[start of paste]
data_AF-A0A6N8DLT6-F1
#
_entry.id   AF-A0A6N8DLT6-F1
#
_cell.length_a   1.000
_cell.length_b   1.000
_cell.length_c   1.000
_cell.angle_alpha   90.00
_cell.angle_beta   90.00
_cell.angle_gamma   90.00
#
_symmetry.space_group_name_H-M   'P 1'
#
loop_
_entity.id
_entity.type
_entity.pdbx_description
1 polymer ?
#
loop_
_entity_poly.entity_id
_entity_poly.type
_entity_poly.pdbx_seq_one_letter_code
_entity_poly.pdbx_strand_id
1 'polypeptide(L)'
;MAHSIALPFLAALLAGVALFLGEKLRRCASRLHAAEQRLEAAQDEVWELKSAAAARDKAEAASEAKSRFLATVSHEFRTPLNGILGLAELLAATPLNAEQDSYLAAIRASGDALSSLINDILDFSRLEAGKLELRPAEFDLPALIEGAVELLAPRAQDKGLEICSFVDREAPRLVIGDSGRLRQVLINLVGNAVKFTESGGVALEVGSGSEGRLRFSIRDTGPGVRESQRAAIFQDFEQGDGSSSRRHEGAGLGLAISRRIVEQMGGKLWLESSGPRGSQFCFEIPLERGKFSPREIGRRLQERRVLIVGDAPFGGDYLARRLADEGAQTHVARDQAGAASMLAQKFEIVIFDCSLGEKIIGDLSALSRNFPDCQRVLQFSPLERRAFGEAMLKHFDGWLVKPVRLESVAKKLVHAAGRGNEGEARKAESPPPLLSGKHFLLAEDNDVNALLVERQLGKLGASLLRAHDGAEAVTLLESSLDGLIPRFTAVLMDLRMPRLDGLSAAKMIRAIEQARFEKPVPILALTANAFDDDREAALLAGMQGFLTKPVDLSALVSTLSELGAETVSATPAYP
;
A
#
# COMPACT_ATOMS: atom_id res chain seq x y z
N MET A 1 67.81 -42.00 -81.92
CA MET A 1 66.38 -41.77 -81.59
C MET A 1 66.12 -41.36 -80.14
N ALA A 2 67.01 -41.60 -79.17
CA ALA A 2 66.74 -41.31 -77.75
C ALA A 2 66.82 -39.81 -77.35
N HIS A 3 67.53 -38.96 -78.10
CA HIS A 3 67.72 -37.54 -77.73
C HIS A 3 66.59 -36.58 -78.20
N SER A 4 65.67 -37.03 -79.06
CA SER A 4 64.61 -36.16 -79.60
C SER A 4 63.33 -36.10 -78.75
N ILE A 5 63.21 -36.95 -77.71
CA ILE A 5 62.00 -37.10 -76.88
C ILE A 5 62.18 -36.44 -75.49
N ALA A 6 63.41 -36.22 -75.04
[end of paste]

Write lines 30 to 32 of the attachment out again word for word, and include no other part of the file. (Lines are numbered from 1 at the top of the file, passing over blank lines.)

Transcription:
# COMPACT_ATOMS: atom_id res chain seq x y z
N MET A 1 67.81 -42.00 -81.92
CA MET A 1 66.38 -41.77 -81.59